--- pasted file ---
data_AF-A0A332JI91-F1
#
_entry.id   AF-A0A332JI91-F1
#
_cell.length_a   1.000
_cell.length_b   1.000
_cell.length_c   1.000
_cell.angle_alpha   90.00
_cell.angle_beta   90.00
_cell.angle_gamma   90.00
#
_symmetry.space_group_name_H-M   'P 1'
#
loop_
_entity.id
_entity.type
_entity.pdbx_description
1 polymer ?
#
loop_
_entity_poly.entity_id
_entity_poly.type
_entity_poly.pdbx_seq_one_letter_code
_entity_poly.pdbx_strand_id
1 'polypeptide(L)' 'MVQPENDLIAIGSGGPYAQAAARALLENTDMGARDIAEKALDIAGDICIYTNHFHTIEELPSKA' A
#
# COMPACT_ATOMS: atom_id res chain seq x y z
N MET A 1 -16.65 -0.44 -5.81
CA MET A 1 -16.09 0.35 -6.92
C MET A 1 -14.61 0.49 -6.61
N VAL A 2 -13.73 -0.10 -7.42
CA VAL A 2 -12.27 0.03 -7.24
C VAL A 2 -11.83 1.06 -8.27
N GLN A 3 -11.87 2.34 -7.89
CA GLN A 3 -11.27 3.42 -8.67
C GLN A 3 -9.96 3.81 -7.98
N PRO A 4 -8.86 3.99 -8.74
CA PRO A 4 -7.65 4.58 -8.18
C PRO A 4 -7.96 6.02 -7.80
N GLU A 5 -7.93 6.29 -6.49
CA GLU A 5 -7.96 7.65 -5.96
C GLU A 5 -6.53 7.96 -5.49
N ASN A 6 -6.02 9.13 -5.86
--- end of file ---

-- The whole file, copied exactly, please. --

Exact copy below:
data_AF-A0A332JI91-F1
#
_entry.id   AF-A0A332JI91-F1
#
_cell.length_a   1.000
_cell.length_b   1.000
_cell.length_c   1.000
_cell.angle_alpha   90.00
_cell.angle_beta   90.00
_cell.angle_gamma   90.00
#
_symmetry.space_group_name_H-M   'P 1'
#
loop_
_entity.id
_entity.type
_entity.pdbx_description
1 polymer ?
#
loop_
_entity_poly.entity_id
_entity_poly.type
_entity_poly.pdbx_seq_one_letter_code
_entity_poly.pdbx_strand_id
1 'polypeptide(L)' 'MVQPENDLIAIGSGGPYAQAAARALLENTDMGARDIAEKALDIAGDICIYTNHFHTIEELPSKA' A
#
# COMPACT_ATOMS: atom_id res chain seq x y z
N MET A 1 -16.65 -0.44 -5.81
CA MET A 1 -16.09 0.35 -6.92
C MET A 1 -14.61 0.49 -6.61
N VAL A 2 -13.73 -0.10 -7.42
CA VAL A 2 -12.27 0.03 -7.24
C VAL A 2 -11.83 1.06 -8.27
N GLN A 3 -11.87 2.34 -7.89
CA GLN A 3 -11.27 3.42 -8.67
C GLN A 3 -9.96 3.81 -7.98
N PRO A 4 -8.86 3.99 -8.74
CA PRO A 4 -7.65 4.58 -8.18
C PRO A 4 -7.96 6.02 -7.80
N GLU A 5 -7.93 6.29 -6.49
CA GLU A 5 -7.96 7.65 -5.96
C GLU A 5 -6.53 7.96 -5.49
N ASN A 6 -6.02 9.13 -5.86